While Google has hosted imagery of the Earth’s Moon and Mars for quite some time, this is the first opportunity to view these celestial bodies directly in maps. Google worked with astronomical artist Björn Jónsson, who used imagery from NASA and the European Space Agency to put together the planetary maps. You can explore the planets by zooming in and out, spinning them around, looking out at the stars that surround them, and flying close to get a more detailed look at the terrain.
As you move closer to each planet or moon, significant areas and landmarks are labeled to help orient you. The system just launched, so there are still some kinks to work out. For instance, Emily Lakdawalla of the Planetary Society noticed that some of the moons appear to have errors with their labeling. She points out that the large Herschel crater on Saturn’s moon Mimas, which gives the moons its distinct appearance, is labeled on the opposite side from where it should be. Luckily, she is in touch with Google and hopefully, these errors will be resolved quickly.
A new Google Maps feature allows you to explore 16 different planets and moons.
You can also get a look inside the International Space Station, which recently joined Google Street View.
All images via Google.
The post Google Maps Now Lets You Explore the Solar System in Detail appeared first on My Modern Met.
Since NASA’s Dawn spacecraft detected localized organic-rich material on Ceres, scientists have been digging into the data to explore different scenarios for its origin. After considering the viability of comet or asteroid delivery, the preponderance of evidence suggests the organics are most likely native to Ceres.
Not long ago, a lengthy drive on a hot day wouldn’t be complete without scraping bug guts off a windshield. But splattered insects have gone the way of the Chevy Nova — you just don’t see them on the road like you used to. Biologists call this the windshield phenomenon. It’s a symptom, they say, of a vanishing population. “For those of us […]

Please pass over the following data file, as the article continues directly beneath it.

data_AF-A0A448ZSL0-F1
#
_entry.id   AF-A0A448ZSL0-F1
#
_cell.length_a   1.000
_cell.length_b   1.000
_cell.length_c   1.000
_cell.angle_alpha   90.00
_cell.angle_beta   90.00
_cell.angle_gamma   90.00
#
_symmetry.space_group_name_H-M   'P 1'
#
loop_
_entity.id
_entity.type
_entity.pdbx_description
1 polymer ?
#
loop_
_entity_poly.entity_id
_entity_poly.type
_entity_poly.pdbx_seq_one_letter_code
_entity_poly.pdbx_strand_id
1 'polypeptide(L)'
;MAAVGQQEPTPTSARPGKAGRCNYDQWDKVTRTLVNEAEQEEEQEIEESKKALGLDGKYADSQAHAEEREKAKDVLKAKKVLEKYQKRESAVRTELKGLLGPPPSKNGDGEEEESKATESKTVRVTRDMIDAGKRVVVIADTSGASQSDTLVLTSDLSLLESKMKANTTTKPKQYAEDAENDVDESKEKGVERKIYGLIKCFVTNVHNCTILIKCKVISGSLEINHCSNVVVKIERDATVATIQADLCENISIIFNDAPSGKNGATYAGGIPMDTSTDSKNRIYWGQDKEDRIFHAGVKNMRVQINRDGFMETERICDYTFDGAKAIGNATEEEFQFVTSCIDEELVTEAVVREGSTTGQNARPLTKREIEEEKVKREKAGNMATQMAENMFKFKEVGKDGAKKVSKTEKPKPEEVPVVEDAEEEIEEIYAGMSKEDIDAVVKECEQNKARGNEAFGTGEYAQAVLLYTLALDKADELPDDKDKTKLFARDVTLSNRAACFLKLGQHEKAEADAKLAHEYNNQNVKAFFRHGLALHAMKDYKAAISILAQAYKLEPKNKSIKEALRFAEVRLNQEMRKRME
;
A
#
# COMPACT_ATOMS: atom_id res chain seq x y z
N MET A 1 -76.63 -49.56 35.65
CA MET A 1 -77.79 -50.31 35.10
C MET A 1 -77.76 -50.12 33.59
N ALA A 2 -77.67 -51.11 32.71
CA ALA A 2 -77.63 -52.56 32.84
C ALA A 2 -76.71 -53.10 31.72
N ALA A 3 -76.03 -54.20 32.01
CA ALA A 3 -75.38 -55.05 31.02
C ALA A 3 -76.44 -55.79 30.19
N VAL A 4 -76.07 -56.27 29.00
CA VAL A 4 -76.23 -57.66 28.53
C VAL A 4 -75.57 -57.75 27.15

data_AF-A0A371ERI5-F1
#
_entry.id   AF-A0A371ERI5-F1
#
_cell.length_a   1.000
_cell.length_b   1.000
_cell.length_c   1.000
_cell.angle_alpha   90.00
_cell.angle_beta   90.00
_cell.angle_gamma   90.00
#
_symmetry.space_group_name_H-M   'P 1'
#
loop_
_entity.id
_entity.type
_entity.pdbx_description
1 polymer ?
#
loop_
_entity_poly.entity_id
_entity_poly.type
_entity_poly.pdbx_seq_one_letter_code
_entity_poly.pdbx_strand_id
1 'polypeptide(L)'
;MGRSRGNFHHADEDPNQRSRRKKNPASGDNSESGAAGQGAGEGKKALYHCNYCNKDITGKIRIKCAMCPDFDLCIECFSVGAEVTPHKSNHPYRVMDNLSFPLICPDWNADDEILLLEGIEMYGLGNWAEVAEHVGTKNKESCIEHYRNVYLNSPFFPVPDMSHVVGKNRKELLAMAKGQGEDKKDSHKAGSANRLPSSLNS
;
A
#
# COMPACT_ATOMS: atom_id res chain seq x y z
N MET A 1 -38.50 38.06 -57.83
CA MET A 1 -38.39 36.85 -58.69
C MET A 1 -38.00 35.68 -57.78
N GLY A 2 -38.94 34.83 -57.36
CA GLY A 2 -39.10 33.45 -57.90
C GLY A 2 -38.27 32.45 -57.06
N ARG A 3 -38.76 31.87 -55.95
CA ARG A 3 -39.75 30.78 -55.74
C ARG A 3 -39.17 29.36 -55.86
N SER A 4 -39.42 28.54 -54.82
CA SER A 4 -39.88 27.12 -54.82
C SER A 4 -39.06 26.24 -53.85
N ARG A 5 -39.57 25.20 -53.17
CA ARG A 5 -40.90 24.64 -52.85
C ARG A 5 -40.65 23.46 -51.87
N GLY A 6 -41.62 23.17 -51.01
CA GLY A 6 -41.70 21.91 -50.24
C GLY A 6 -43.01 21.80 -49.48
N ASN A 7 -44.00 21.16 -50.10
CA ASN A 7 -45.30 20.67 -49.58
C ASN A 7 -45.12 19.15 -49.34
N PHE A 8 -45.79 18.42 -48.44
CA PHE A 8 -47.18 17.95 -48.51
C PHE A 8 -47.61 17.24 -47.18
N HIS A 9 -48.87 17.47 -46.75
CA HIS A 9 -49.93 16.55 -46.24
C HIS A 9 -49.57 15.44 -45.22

Researchers have long sought control over the weather, but have yet to find a realistic way to master it
“When we meet real tragedy in life, we can react in two ways – either by losing hope and falling into self-destructive habits, or by using the challenge to find our inner strength.” -Dalai Lama
Orbiting at hundreds of miles above Earth’s atmosphere, you’d think the Hubble Space Telescope would be safe and stable for a long time. But despite our definitions, Earth’s atmosphere doesn’t “end” and space doesn’t “begin” when we get 60 miles (100 kilometers) up. Instead, Earth’s atmosphere continues, albeit tenuously, for incredible distances, until it eventually merges with the solar wind. It’s the fourth (of five) layers that contains the Hubble Space Telescope: the thermosphere.
Although each oxygen molecule might travel for a kilometer before striking another, the presence of these molecules is enough to slowly produce a drag on Hubble. Over the timespan of years and decades, it loses altitude and begins to fall. If we do nothing, then by the late 2020s to the mid-2030s, it will uncontrollably de-orbit on its own. Our greatest optical observatory will be lost, and there are no plans to save it.
Hospitals and med schools use fake corpses to teach anatomy, and the most lifelike model is the SynDaver Patient.